i am migrating a home-built coldfusion blog to wordpress and it’s full of special characters.

  4. doug says:

    i don't have shell access but would love to know how to do this using phpmyadmin. any tips?

    i've checked phpmyadmin and iconv docs — and the answer may be there — but alas i'm quite the novice and unsure how to word the query within phpmyadmin.

    i am migrating a home-built coldfusion blog to wordpress and it's full of special characters.

  5. Moshu says:

    It is a very useful post, but as the previous commenter said: those people who have only phpmyadmin access to their database (i.e. the majority of the average WP users!) will just stare at it. Is there any chance to “convert” this instruction for them? Thanks!

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  7. Problèmes d'encodage MySQL

    Un joli mélange de latin-1 et d'utf-8 dans ma base de données. Un script python pour nettoyer tout ça….

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  9. Uffe says:

    I like the part about AddDefaultCharset OFF – didn’t think about that myself. For those without shell access and without access to iconv, I suggest to look at the method I used and has described in the wp support forum, in a thread namedchange from ISO-8859-15 to UTF-8

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  11. keli says:

    a few notes to those without shell access (and even on a windows machine on top of that :) )

    phpMyAdmin can dyump mysql data just fine (although it calls it “exporting”). Specify a file name and check the “save to file” option, and make sure you select all your tables.

    As for backup, it’s unnecessary to import it back. just make a copy of the dump if you really want to. This description does contain a lot of redundant saves -beyond your normal safety needs-.

    When you’re finished with conversion –see Uffe’s post above– just use phpMyAdmin’s “import file” feature to import it back.

  12. Diego says:

    Very good! Very helpful! Work finelly fixing the problem to a Portuguese (Brazilian) site. Thank you!

  13. streaky says:

    FYI for windows users – open the doc in wordpad and save with utf-8 encoding – should cure what ails you :)

  14. Cloud says:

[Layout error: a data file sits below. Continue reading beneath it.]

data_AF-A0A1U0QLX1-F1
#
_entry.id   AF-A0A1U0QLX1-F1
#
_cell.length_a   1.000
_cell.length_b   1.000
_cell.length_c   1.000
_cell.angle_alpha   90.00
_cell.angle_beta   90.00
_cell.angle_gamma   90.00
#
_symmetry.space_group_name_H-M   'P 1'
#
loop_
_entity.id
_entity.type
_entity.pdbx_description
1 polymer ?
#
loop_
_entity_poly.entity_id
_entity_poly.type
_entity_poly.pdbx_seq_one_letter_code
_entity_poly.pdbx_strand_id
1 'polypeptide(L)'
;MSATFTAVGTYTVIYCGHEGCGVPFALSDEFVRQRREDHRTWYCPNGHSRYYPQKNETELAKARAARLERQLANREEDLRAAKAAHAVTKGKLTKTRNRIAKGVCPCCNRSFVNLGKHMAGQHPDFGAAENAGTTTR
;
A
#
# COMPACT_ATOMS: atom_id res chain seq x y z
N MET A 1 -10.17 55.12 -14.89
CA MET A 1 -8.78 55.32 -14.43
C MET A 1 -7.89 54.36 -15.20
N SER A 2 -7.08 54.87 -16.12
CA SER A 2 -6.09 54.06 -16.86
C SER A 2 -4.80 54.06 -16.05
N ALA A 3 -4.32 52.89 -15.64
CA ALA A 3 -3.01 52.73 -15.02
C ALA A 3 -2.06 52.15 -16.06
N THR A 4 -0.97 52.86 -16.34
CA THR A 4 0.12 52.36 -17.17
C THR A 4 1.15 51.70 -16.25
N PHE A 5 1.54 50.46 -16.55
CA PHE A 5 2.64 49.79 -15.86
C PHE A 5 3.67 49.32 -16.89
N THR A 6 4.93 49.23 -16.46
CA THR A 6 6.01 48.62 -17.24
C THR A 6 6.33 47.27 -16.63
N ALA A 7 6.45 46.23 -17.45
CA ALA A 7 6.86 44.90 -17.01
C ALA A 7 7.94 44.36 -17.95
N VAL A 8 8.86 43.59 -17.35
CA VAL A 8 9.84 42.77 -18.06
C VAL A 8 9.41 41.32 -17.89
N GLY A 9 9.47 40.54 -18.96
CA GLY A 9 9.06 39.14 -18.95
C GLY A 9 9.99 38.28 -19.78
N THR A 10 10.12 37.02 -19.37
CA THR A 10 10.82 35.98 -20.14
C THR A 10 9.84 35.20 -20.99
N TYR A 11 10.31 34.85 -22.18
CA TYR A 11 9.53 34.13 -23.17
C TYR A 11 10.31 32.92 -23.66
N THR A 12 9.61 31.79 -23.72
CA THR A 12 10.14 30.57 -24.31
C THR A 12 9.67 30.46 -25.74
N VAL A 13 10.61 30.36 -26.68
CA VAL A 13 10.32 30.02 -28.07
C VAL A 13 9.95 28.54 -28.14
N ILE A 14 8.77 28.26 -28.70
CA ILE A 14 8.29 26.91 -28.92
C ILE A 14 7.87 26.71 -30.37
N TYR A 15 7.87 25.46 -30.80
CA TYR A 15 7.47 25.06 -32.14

Replace utf8 with utf-8 on some systems…

  15. marc says:

    Eu le même problème et ayant suivi vos pas ça a marché niquel: zéro problèmes! Je vous remercie énormement!

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  17. Alonzo says:

    Thanks, this how-to was working great for me.

  18. Paolo says:

    I’ve find this article partially usefull for me but I’ve imported from a custom CMS and I’ve found better doing “iconv -f windows-1252 -t utf8 file.sql > file_utf8.sql” ’cause sometimes ppl do copy/paste from Word into the textarea.

  19. Paolo says:

    I've find this article partially usefull for me but I've imported from a custom CMS and I've found better doing “iconv -f windows-1252 -t utf8 file.sql > file_utf8.sql” 'cause sometimes ppl do copy/paste from Word into the textarea.

  20. Marcus says:

    Wow this is great! I was just pulling my hair wondering on how to convert the database :)

    Thanx for sharing the knowledge

  21. Thanks for that solution – worked like a charm, when I tried to import a greymatter blog written in danish.

    :o ) A

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  23. sogas says:

    It worked perfect for me. Nice tip!

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  26. xuan says:

    Hi,

    I have same problem, can you help me convert ? thank !

  27. Max says:

    I think there’s an easier solution than restarting mysql (although I haven’t tested this, because I’ve never had a database big enough). Simply tell mysqldump to limit the size of the packets it creates by adding the following commandline argument:

    –set-variable=max_allowed_packet=1M

  28. Max says:

    That should have been two dashes, not an em dash. Let me try again:

    --set-variable=max_allowed_packet=1M

  29. gorkem says:

    For those using libiconv-1.9.2-1 ,new iconv file, “utf8″ does not work use “utf-8″ instead as in “iconv -f iso-8859-9 -t utf-8 wordp…..” perfectly converted iso türkish database to utf-8. Also be sure to convert your site language files (in joomla/mambo case /languages/turkish.php for example) to utf-8 by opening in textpad/notepad and saving as utf-8.

  30. gorkem says:

    add to above. using phpmyadmin is fine, but do not compress, zip version of phpmyadmin and winrar/winzip does not match, dumpt to just sql, also no need to restart mysql server (at least in localhost), just refresh your page.

  31. Egil says: